2004-09-19

Brian's Notes - Part 6 (The Final Episode)

Read Part 1 here
Read Part 2 here
Read part 3 here
Read Part 4 here
Read Part 5 here

Every writer faces the issue of literary criticism, but in your case it seems that people get most excited about what you’re saying as opposed to how you say it! How do you deal with criticism? Is it a burden to bear, fuel for more thinking and writing, a little of both, or none of the above?

I'm glad you ask this question because it gives me an opportunity to ask for prayer. This book will probably garner more criticism than any of my previous ones, and the one I'm finishing up now (The Last Word and the Word After That - sequel to New Kind of Christian and Story We Find Ourselves In) will probably break recent records for criticism. I need prayer to a) learn what I should learn from criticism, b) not get bitter when some of it is unfair or inaccurate, but rather grow in love for my critics, and c) not be wounded or discouraged in the process. So, I'd categorize criticism for me as a burden to bear, and a temptation or test to overcome.

The criticism that is hardest to bear is not the ranting attacks - most of which don't really understand what I'm talking about, and are expressions of cherished systems being questioned. This reaction is completely understandable and easy not to take personally. But when people who generally agree with me decide to quarrel with some small point - which tends to minimize the big picture - that's tougher. In this regard, I remember the reviews of the movie "Waiting to Exhale." The first reviews praised the film: "Finally a film that does justice to the African-American woman's experience." Then a wave of reviews came out that said, "What a dismal failure at making sense of the African-American male's experience!" One film - and one book - can only do so much, and it's hard when you've tried to do one thing reasonably well to be criticized for not doing everything at once. But that's life, and therein lies my opportunity to grow in character and virtue!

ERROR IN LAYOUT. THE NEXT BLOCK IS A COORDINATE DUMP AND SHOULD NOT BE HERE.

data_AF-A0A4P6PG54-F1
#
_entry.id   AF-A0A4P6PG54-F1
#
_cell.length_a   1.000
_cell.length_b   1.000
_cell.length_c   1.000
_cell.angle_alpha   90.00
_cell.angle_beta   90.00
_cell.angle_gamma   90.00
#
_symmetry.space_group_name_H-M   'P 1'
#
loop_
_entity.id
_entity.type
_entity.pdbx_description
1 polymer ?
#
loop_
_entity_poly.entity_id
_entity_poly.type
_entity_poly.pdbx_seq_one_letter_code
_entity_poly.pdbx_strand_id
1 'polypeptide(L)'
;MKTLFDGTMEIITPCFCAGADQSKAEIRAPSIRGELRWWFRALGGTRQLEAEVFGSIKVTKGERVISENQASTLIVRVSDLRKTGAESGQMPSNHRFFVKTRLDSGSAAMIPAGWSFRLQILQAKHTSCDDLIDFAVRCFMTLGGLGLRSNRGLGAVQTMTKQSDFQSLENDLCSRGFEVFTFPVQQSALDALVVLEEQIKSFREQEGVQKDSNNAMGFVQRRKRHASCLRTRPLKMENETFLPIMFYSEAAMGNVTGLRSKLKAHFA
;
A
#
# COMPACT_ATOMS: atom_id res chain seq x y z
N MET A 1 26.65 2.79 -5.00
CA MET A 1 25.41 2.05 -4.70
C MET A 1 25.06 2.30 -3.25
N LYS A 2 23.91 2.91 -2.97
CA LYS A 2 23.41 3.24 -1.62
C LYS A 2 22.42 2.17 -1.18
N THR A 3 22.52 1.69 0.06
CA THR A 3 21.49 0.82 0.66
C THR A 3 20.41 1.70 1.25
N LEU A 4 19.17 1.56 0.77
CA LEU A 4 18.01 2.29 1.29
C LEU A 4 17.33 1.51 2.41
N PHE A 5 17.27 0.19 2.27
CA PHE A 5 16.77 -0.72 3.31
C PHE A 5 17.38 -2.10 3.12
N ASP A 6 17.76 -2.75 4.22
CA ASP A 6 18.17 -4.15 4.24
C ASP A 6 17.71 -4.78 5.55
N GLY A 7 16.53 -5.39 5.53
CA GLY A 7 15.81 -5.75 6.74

At the end of the day, I really care about my writing and am seeking to tell the truth as I see it. I care about many things far more than how my writing succeeds (however that's defined), of course, and through my writing I hope in some small ways God's kingdom coming on earth as in heaven. That's a messy process and the life of Jesus tells us that what appear to be defeats can be successes. And vice versa. So, even in my failures where I'm rightly critiqued, I hope some good can come - and even when I'm unfairly criticized, much good can come I know.

Thanks Brian for taking the time to offer us a little insight into your writing, and your heart. We appreciate that you are willing to think and write thoughts that have helped bring some order to the confusion. We'll be praying.

2 comments:

bobbie said...

again, great question mike!

brian, i don't know if you read this, but be assured i will be adding you to my prayers. i can't imagine enduring the flak i see, let alone the private emails/letters/phone calls/conversations we are not privy to.

thank you for plowing this field for those who will follow. i am grateful.

JMalec said...

Imagine Brian digesting reviews like this one by Albert Mohler, president of Southern Baptist Seminary. I know he appreciates our prayer that God would sustain him during the next few years of reaction and criticism.